And been as successful? Director William Friedkin (The French Connection, To Live and Die in L.A.) says no, even though he is not a believer himself.
Do you think someone who was a religious skeptic could have directed “The Exorcist”?
I think somebody who was an avowed atheist should not have directed the film. My personal beliefs are defined as agnostic. I’m someone who believes that the power of God and the soul are unknowable, but that anybody who says there is no God is not being honest about the mystery of fate. I was raised in the Jewish faith, but I strongly believe in the teachings of Jesus.
Friedkin’s heyday was that amazing period in the 1970s that saw the rise of such mavericks and genre shapers as Scorsese, Coppola, De Palma, Bogdanovich, Spielberg, Lucas, Ashby, Rafelson, Altman, at al. Friedkin admits that the film that killed his career, at least for a while, was Sorcerer, which I remember seeing when it first came out, at the old Astoria Theater. It was actually very well made, but…
The zeitgeist had changed by the time it came out. It came out at the time of “Star Wars,” and that more than any film that I can recall really captured the zeitgeist. I was offered the opportunity to produce it early, and I didn’t see it, but “Star Wars” went on to change everything we’ve seen since. I don’t think any filmmaker in history has had more of an effect than [George] Lucas.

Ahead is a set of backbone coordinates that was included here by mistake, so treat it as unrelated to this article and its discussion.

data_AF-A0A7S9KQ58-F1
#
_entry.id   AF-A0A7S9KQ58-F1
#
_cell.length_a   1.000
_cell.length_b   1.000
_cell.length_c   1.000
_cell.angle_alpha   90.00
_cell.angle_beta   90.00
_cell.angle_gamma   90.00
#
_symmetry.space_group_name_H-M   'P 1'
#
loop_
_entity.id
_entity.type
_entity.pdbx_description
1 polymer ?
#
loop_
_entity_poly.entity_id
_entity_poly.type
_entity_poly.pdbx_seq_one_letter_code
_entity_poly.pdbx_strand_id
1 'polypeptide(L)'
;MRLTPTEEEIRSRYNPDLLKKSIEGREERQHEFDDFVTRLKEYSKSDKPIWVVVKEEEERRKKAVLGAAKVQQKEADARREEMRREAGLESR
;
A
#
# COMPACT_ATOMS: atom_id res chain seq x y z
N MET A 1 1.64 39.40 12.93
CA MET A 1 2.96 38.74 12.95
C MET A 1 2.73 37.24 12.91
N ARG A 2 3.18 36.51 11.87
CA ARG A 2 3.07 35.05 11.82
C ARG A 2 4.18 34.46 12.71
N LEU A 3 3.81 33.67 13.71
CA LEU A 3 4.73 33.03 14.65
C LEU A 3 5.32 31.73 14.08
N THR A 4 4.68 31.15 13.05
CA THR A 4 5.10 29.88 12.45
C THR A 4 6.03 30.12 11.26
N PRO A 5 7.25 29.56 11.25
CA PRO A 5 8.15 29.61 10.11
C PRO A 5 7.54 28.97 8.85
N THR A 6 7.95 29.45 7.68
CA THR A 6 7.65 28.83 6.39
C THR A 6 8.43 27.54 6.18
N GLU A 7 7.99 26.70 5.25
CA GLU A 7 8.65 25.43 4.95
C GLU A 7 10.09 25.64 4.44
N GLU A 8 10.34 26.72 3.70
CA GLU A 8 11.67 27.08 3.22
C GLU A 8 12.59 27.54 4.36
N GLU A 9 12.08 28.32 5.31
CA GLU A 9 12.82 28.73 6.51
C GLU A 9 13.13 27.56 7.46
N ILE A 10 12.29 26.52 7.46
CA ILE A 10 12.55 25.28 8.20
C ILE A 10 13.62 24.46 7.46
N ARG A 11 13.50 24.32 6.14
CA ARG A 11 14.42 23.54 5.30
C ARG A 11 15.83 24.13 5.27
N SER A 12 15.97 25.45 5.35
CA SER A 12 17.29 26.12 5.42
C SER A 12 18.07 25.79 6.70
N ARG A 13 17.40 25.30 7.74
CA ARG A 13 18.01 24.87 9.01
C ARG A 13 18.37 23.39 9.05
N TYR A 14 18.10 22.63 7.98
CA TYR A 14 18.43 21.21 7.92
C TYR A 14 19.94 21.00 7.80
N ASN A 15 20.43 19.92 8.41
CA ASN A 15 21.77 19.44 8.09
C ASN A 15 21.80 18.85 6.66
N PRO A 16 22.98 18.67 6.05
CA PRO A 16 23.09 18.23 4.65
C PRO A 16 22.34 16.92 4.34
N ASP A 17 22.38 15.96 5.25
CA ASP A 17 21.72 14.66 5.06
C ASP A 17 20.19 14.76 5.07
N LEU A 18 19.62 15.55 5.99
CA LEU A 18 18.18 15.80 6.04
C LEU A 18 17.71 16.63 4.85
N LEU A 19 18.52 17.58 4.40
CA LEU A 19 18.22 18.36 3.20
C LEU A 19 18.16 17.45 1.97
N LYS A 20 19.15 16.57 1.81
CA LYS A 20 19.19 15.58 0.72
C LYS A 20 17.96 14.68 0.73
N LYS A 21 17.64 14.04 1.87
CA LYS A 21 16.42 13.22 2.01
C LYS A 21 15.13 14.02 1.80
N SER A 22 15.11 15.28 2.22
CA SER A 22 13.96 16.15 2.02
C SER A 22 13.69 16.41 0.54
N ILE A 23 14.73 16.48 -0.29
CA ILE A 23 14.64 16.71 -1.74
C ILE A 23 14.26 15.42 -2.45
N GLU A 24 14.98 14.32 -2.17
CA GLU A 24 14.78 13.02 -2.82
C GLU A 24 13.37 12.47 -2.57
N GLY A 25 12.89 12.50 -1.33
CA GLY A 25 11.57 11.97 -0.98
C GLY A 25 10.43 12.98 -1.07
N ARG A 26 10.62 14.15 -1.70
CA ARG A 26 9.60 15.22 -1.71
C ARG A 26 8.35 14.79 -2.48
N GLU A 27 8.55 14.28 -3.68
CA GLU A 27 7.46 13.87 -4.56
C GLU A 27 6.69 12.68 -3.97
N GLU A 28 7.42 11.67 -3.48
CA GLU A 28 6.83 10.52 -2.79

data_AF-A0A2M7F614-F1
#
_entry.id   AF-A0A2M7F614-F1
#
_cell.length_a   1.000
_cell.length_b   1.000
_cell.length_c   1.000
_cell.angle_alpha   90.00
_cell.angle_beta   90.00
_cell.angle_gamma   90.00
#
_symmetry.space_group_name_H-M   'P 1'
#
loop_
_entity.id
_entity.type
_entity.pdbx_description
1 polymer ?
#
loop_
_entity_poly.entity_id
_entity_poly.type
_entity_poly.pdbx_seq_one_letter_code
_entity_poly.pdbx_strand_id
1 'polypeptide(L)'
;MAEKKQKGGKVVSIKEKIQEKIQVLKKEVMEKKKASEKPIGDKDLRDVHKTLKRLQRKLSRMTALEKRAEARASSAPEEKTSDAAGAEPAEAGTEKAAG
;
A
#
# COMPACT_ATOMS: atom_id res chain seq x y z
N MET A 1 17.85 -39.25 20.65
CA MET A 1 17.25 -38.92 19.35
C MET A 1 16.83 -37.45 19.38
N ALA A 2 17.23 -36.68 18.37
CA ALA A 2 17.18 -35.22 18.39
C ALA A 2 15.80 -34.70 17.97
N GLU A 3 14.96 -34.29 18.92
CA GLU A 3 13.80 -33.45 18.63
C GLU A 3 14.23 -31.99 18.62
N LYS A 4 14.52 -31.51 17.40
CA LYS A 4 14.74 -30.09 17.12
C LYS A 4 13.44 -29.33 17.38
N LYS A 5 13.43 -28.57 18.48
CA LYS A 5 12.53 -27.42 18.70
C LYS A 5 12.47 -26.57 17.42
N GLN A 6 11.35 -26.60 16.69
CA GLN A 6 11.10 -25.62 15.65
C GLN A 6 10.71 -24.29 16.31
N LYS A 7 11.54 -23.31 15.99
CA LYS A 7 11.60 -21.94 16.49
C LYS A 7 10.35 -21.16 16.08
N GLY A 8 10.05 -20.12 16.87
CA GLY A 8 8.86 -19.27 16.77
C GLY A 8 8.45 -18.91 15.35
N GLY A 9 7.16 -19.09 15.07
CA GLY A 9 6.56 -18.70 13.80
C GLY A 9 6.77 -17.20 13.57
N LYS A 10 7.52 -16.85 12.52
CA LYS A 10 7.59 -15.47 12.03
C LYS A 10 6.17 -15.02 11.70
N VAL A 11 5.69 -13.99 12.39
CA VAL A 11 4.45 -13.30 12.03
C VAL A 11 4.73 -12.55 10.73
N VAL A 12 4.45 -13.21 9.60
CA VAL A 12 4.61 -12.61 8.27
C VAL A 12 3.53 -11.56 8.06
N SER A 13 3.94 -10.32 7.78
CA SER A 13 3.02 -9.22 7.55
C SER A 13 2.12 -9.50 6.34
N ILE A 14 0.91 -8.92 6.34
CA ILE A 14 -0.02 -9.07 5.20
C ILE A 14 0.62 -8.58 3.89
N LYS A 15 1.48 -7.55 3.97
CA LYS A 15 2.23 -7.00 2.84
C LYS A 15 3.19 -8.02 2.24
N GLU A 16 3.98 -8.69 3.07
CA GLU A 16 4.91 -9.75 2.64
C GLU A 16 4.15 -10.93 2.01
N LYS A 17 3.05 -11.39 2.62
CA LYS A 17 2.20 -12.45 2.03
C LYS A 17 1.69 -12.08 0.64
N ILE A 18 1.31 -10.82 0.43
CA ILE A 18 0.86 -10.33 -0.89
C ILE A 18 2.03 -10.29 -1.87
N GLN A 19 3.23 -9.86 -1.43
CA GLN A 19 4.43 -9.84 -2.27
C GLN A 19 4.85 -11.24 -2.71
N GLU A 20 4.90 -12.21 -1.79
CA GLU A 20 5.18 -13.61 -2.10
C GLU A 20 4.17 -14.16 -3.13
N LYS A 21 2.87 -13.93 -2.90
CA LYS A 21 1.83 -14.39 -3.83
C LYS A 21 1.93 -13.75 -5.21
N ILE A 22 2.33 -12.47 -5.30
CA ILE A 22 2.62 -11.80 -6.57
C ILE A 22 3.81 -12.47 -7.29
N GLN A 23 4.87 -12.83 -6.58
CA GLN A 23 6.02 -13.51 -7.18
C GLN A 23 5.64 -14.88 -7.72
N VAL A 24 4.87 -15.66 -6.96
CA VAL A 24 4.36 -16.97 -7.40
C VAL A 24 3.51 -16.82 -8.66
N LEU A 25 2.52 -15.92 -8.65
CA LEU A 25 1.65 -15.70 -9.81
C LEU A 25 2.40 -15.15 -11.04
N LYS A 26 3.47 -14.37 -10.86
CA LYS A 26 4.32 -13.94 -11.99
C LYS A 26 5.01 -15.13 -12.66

Most filmmakers don’t mean that as a compliment, but I believe Friedkin does. If I had a nickel for every director who laid the the blame for the collapse of American film at the feet of Lucas and Spielberg, I’d have $11 and I could make my own film. It would suck, but I could make it.
The Exorcist made its debut as a bestselling novel written by William Peter Blatty, a devout Catholic. (See, for example, his attempt at reviving Georgetown’s Catholic character here.) And the story is certainly one any Christian would appreciate: two priests situate themselves between Satan (who in the context of this film is most certainly real and not some psychological projection) and the soul of a young girl — one loses his life in the struggle and the other sacrifices it (perhaps even his soul?) in exchange for the girl’s. (Feminists have read this as the “Church” trying to control a tween’s sexual coming-of-age, imposing itself on her such that there really is no distinction to be made between “religion” and the devil. Interesting thesis. But seeing as the only one left standing at the end of the struggle is the girl, who most definitely does not join a convent in gratitude for her “salvation,” it’s probably daft.)
What made the book and film so problematic was the graphic nature of both the language and some of the behavior. The film earned a hard-R. But then again, Satan is only on his best manners in the worst of company.
Rent Sorcerer if you get a chance. And To Live and Die in L.A.has one of the Top 10 Best Movie Car Chases of All Time, in which William Petersen (of CSI fame) drives against traffic on a highway. Still not better than the one in The French Connection but close. (See video below: note the low camera height, used most effectively in Road Warrior. Also, language alert: much use of the F word. Don’t know whether the devil made them use it.)